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Exploring the interaction between functional carbohydrate polymers and small-molecule active compounds

posted on 2021-04-30, 17:03 authored by Jingfan ChenJingfan Chen

Naturally occurring carbohydrates polymers and their functional derivatives play important roles in the research and technology development in the food, nutrition, and pharmaceutical areas. A major property of these polymeric materials is to associate, enable, enhance, and/or deliver small-molecule active compound such as phytochemicals, nutraceuticals, and active pharmaceutical ingredients (APIs). The goal of this project was to synthesize and characterize phytoglycogen-based materials and study their structure-function relationships in association with selected small-molecule active compounds, including resveratrol, a food-related poorly water-soluble phenolic compound, griseofulvin, an insoluble API, and CCVJ (9-(2-carboxy-2-cyanovinyl) julolidine) a molecular rotor used as a structural probe of polymeric materials.

In this study, phytoglycogen (PG) was derivatives to phytoglycogen octenyl succinate (PG-OS), hydroxypropyl phytoglycogen (HPP), and octenylsuccinate hydroxypropyl phytoglycogen (OHPP). PG, HPP, and OHPP were evaluated for their efficacy in improving the solubility and Caco-2 permeation of resveratrol and griseofulvin, and using CCVJ, PG-OS was evaluated on its performance at oil-water interface in comparison with OSA-starch, acacia gum, and sodium caseinate. The results showed that: 1) PG, HPP, and OHPP substantially improved the soluble amount and Caco-2 monolayer permeation of resveratrol and griseofulvin, and anti-fungal efficacy of griseofulvin in the aqueous system were significantly enhanced; suggesting that the active ingredients were effective solubilized and released to become bioavailable, 2) among all PG-based biopolymers, OHPP showed superior performance in solubilizing resveratrol and griseofulvin, and 3) in the oil-water two-layer model system, PG-OS, OSA-starch, acacia gum, and sodium caseinate all affected the transferring of CCVJ from oil to aqueous phase, and the effect was monitored and interpreted by the emission spectra of molecular rotor; in the emulsion system, the emission peak wavelength of CCVJ was correlated with the amount of biopolymer adsorbed at the interface of emulsion droplets, and the molecular rotor-based method can be used to characterize the interfacial adsorption of biopolymer at the interface in oil-in-water emulsion.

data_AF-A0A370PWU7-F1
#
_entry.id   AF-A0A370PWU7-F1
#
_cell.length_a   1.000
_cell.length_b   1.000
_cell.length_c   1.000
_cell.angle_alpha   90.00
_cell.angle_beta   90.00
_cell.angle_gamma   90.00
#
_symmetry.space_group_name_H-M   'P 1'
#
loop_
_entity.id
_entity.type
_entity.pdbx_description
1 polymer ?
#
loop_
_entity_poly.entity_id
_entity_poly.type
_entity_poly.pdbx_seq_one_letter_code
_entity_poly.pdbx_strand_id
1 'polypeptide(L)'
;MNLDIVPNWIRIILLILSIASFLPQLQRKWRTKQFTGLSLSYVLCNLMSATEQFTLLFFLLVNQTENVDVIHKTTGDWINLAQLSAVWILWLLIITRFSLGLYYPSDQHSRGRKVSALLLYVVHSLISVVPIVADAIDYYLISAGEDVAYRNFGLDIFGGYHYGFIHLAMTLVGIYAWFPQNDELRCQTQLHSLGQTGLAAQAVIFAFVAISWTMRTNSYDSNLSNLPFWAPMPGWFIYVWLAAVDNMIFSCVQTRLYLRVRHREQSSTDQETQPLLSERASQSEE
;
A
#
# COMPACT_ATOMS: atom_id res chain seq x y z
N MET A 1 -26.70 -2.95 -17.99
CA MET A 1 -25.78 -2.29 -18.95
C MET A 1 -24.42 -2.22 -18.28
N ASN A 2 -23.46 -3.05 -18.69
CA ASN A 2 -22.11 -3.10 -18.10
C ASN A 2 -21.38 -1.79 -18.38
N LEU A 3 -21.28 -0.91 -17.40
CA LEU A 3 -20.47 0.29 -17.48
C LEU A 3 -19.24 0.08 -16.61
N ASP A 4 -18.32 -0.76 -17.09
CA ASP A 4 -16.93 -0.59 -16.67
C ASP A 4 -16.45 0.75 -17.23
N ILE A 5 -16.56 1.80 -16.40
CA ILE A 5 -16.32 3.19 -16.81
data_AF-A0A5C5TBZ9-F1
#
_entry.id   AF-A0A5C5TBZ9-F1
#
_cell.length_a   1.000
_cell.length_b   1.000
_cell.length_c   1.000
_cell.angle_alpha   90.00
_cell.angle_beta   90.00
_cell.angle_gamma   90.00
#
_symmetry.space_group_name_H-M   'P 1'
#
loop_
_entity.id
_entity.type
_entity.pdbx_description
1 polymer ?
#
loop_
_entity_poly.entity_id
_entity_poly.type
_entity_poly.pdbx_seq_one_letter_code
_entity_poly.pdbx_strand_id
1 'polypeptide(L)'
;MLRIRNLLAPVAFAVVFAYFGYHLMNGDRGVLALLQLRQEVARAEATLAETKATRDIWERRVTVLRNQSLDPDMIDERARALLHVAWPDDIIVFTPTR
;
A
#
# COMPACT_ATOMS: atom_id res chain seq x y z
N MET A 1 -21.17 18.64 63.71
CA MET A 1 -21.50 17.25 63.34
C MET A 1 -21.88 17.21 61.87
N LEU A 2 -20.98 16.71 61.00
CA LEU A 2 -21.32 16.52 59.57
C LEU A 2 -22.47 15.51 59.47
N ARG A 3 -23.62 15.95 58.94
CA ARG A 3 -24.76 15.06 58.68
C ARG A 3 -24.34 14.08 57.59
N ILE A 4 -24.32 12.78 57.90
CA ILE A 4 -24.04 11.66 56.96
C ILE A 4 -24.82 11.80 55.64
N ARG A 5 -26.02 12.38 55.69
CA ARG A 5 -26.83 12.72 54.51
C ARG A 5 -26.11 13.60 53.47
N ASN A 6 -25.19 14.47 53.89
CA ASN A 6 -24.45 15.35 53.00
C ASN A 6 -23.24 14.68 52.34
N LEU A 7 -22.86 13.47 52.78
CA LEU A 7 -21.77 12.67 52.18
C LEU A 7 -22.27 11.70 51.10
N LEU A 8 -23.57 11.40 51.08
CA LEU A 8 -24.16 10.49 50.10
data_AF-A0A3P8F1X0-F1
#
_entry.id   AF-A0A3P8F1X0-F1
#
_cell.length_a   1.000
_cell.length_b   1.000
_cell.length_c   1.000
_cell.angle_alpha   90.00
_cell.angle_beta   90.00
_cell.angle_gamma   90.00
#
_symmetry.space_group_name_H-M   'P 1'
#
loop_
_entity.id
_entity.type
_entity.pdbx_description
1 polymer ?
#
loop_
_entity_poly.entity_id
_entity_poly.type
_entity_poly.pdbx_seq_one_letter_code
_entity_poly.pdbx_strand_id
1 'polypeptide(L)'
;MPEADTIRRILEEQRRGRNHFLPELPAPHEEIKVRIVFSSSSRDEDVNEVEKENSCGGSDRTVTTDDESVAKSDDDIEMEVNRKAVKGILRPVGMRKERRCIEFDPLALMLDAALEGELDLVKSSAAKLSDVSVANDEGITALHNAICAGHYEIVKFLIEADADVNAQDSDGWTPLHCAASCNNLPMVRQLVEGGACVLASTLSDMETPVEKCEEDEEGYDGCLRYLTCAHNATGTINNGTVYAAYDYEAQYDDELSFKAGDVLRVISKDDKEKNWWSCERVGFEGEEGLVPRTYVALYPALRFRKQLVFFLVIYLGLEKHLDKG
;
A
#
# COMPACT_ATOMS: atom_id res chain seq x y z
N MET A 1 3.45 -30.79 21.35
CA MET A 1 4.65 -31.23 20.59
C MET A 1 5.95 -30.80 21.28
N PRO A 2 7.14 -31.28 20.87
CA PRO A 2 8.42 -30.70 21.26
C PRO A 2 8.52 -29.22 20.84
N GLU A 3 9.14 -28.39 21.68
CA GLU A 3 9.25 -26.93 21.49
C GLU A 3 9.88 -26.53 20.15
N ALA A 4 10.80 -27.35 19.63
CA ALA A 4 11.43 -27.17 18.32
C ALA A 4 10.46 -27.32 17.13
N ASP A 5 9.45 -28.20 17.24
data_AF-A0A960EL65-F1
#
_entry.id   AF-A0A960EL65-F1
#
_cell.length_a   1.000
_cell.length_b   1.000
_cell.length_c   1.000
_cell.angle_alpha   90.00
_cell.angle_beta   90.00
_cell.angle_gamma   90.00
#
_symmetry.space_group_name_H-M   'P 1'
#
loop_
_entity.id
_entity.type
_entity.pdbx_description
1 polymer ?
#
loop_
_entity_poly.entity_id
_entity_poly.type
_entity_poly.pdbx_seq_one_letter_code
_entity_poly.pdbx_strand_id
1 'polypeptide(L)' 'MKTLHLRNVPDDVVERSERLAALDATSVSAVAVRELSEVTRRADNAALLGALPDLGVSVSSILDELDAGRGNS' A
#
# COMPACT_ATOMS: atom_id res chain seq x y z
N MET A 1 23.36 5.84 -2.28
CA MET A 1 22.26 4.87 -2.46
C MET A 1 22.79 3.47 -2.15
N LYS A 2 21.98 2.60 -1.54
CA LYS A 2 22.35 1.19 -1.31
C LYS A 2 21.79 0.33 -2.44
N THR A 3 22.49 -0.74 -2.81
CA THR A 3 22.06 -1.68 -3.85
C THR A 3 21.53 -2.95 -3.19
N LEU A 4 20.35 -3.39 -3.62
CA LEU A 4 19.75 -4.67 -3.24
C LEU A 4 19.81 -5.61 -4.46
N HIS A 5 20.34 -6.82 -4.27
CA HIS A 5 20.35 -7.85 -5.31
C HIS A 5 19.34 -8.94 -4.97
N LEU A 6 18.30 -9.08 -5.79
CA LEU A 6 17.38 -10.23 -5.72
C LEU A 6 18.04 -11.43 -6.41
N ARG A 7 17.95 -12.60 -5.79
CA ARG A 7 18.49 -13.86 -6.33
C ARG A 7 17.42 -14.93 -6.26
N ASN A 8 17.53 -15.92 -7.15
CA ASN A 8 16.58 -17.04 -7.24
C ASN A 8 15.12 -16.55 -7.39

This study provides information on the interactions between phytoglycogen-based biopolymers and poorly water-soluble active ingredients, and may potentially supports the study of new functional ingredients interaction with phytoglycogen-based biopolymers in aqueous system. Furthermore, this work allowed us to advance the use of molecular rotor as new analytical tool to study the physicochemical properties of biopolymer.


Degree Type

Doctor of Philosophy


Food Science

Campus location

West Lafayette

Advisor/Supervisor/Committee Chair

Dr. Yuan Yao

Additional Committee Member 2

Dr. Arun K. Bhunia

Additional Committee Member 3

Dr. Harm HogenEsch

Additional Committee Member 4

Dr. Owen Jones